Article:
Throughout the pandemic we've been hearing more and more a condition called 'long Covid', so let's have a look at what it is and how your employer will support you if you've developed this condition following a Covid-19 infection.
What is long Covid?
Many people that contract Covid-19 symptomatically will recover in a few days or weeks - although some people can take as long as 12 weeks to fully recover. Long Covid, or post-Covid-19 syndrome (sometimes also referred to as post-viral fatigue) is the lasting symptoms that people feel or have after the infection has gone. The lasting symptoms can include:
- Brain fog or problems with memory or concentration making day-to-day life difficult.
- Fatigue and exhaustion, which may also be exacerbated by difficulty sleeping
- Joint and/or muscle pain, or pins and needles and tingling
- Reduced vision and / or hearing
- Shortness of breath, chest pain or tightness
- And many other potential symptoms
You can find more information on the long-term impacts of Covid-19 on the NHS website.
Long Covid is a disability
A TUC report in 2021 looked at worker experiences of long Covid. The research indicates that the most common symptom of long Covid experienced in fatigue, continuing for between 3-6 months. However some people have experienced upto 25 different symptoms for 12 months or more. Symptoms may vary over time and become worse some days than on others.
This research was referred to in the legal case of Burke v Turning Point Scotland which accepted that long Covid could be a disability under the definition set out in the Equality Act 2010 - i.e. a long-term condition that had a substantial impact on the ability to carry out day-to-day activities.
The bank's policy around disability has been in place for some time, and it instructs managers to treat all medical conditions which are a disability, could result in a disability, or where it is unknown whether or not it could be considered a disability. In effect, this means that business will provide reasonable adjustments to support you in returning to work (where you're currently off) or to help you remain in work.
How will my employer support me if I have long Covid?
You can expect the support of Lloyds Banking Group to help you to best manage your symptoms and your work, in the same way that you would for any other long-term medical condition. This means that adjustments should be considered, tailored to the support you need. Some examples could include:
- Adjusting your hours of work, workloads, and considering flexibility about how and when you do your work.
- Ensuring you have the correct equipment to support you, including desks, chairs and IT equipment.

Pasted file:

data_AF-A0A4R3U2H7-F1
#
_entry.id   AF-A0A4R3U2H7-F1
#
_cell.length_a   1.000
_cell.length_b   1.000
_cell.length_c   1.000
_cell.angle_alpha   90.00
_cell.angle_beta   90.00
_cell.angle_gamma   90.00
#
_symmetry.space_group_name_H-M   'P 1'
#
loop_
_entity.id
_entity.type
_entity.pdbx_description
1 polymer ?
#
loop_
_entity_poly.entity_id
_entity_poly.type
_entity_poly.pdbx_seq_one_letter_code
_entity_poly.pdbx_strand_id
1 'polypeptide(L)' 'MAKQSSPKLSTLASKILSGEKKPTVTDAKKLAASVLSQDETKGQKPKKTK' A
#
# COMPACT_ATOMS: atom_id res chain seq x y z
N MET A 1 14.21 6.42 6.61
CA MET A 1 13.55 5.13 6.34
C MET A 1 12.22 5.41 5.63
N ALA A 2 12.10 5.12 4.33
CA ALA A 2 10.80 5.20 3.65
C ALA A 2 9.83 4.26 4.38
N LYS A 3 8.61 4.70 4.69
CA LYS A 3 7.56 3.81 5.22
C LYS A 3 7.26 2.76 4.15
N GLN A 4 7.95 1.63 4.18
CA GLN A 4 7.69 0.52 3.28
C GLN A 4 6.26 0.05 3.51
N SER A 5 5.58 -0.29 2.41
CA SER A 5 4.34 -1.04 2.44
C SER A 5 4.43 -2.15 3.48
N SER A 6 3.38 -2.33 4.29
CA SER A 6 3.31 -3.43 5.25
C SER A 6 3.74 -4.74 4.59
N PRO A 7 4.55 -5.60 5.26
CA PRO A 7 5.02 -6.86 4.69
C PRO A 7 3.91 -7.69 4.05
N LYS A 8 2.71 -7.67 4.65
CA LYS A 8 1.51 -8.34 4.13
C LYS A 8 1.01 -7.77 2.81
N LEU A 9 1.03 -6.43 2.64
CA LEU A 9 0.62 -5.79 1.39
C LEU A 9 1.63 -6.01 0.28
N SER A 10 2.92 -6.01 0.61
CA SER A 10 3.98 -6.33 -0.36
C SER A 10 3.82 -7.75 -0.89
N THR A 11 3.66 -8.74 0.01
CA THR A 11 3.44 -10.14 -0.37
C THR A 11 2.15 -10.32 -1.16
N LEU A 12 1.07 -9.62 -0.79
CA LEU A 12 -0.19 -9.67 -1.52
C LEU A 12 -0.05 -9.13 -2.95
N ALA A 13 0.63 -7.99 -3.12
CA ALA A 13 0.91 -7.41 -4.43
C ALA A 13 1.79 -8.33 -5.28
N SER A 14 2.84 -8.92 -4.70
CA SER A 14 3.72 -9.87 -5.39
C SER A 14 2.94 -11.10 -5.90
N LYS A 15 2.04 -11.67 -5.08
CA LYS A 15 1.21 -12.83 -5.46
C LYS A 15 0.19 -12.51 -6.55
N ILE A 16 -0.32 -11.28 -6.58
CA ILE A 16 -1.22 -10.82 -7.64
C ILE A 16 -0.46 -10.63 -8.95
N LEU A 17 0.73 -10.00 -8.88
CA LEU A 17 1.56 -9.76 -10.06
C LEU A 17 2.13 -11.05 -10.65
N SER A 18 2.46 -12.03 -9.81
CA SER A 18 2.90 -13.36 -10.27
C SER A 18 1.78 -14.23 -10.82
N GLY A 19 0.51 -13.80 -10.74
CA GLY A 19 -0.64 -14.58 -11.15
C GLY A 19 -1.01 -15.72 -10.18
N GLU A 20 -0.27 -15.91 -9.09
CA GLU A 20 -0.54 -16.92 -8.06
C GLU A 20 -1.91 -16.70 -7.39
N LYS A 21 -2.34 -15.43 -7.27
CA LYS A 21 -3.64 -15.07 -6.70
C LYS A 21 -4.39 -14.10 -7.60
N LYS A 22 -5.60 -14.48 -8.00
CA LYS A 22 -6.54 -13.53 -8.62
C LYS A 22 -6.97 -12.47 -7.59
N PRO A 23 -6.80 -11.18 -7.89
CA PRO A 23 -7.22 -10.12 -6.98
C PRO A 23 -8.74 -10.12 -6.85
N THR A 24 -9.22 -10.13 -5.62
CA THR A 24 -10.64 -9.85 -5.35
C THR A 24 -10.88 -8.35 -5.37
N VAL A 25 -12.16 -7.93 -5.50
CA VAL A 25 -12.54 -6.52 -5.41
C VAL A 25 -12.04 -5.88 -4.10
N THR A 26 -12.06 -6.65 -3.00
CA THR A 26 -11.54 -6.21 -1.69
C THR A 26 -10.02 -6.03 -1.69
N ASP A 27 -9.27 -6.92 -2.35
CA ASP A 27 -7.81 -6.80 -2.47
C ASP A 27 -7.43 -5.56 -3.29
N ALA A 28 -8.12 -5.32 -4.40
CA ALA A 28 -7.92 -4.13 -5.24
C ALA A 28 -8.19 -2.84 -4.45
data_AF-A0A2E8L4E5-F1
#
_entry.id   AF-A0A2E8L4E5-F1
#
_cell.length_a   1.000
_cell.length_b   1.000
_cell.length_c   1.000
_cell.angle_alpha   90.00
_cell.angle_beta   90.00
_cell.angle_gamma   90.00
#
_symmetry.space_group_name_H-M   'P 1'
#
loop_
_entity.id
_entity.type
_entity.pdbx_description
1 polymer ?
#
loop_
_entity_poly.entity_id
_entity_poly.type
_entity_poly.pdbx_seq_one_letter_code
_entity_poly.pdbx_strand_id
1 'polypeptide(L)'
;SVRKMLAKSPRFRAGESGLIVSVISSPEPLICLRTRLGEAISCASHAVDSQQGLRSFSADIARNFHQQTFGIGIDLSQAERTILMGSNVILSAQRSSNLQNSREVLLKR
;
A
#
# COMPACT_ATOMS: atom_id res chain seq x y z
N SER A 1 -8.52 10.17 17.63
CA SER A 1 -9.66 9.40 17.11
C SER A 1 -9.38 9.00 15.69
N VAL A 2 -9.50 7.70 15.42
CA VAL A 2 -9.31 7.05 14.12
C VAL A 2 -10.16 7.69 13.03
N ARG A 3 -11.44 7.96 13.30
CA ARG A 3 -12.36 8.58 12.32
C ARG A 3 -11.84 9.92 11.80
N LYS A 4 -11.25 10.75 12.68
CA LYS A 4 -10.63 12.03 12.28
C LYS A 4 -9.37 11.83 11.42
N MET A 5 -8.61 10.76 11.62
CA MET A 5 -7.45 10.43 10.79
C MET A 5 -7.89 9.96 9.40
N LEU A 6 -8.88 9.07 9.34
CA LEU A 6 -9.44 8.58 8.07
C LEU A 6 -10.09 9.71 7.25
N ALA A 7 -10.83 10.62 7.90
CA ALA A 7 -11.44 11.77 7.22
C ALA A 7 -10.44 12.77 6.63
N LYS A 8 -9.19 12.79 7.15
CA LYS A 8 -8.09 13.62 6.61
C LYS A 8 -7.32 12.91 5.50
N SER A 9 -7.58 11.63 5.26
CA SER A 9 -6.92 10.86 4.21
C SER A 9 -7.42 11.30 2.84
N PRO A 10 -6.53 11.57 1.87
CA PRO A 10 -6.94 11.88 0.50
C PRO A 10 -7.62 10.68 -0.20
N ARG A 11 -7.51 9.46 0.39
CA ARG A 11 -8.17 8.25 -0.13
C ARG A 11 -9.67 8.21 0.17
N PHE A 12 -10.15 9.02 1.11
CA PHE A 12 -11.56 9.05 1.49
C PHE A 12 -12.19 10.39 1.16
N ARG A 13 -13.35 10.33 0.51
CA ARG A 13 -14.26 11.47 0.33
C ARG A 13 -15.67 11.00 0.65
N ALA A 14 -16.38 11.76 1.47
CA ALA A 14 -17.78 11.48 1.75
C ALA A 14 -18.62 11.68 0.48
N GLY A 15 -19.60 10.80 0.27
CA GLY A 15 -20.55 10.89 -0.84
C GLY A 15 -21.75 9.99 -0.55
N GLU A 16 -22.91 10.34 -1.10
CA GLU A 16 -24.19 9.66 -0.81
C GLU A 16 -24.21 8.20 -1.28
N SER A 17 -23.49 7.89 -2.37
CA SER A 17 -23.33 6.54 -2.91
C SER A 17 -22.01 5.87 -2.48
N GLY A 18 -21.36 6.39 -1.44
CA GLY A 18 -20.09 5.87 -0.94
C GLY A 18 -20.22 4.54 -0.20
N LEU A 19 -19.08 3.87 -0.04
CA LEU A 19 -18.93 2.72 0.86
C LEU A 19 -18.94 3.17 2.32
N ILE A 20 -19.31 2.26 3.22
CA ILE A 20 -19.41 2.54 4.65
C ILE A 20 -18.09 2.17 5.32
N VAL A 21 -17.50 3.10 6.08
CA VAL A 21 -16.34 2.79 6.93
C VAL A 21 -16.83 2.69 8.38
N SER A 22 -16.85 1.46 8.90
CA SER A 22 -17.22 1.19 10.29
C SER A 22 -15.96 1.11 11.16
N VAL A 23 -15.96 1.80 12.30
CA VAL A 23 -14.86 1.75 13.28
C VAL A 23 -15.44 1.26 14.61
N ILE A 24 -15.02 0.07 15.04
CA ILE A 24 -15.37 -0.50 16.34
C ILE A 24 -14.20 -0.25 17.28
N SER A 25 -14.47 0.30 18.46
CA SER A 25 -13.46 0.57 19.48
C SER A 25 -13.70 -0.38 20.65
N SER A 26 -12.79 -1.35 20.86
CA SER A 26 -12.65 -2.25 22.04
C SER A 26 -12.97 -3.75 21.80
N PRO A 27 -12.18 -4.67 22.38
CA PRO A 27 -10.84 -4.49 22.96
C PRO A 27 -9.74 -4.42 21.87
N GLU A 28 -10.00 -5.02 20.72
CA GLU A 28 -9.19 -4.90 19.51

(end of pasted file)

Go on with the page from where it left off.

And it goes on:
- Where vision or hearing is impacted, considering assistive technology, or adapting how things are done may be of help. For example, enabling transcripts or live captions in virtual meetings can keep you engaged if you're struggling to follow what's happening, or getting software to help you find your way on your screen better.
- Occupational health referrals offer insight from medical professionals to help support you and the business in making the right decisions for you.
- Private medical insurance provided by Bupa can help you see the right medical professionals to support your recovery - and don't forget you can claim 50% of the excess you pay back through the union (eligibility criteria apply).
- The bank offer an Employee Assistance Programme run by Validium which can offer you support, guidance and access to counselling should you need it. You can also gain access to independent support through the Bank Workers Charity.
Absences for long Covid will continue to be managed under the bank's health wellbeing & attendance policy - this will involve having informal wellbeing discussions and having a wellness plan in place tailored to support you and how your condition presents itself. The business should consider carefully all circumstances and review with HR before moving to the formal part of the process.
We would expect your manager to be supporting, remembering that symptoms may vary over time and become worse some days than on others, so some times you may need more support or adjustments than others. An example of a reasonable adjustment may be to allow you to work from home (if that's possible in your role) when you're having a difficult day with your symptoms, or adjusting your working day to allow you to take extra breaks or catch up on sleep.
There is no single answer as to the adjustments that the business will support. If you need support, get in touch with us.
Sick pay & emergency response.
In March 2020, the bank introduced an emergency response which included paying full pay to anybody who was unable to work during the pandemic, no matter what. This includes all periods of isolation, sickness and long-term absences that were registered after the 27th March 2020.
This policy was revoked on the 1st November 2021. What this means in practice is that any absence that occurs after this date is recorded as normal absence and sick pay allowances start to be used. Anybody already absent on that date would see their sick pay entitlement starting to be used from that day on-wards.
For further details of sick pay allowances, visit our sick pay article.
If you need support, or you think you're being treated unfairly, contact your local Accord officer to discuss further. Feel free to chat to us through our online chat (available Monday-Thursday 8:30-17:30 & Friday 08:30-17:00), or drop us an email to [email protected].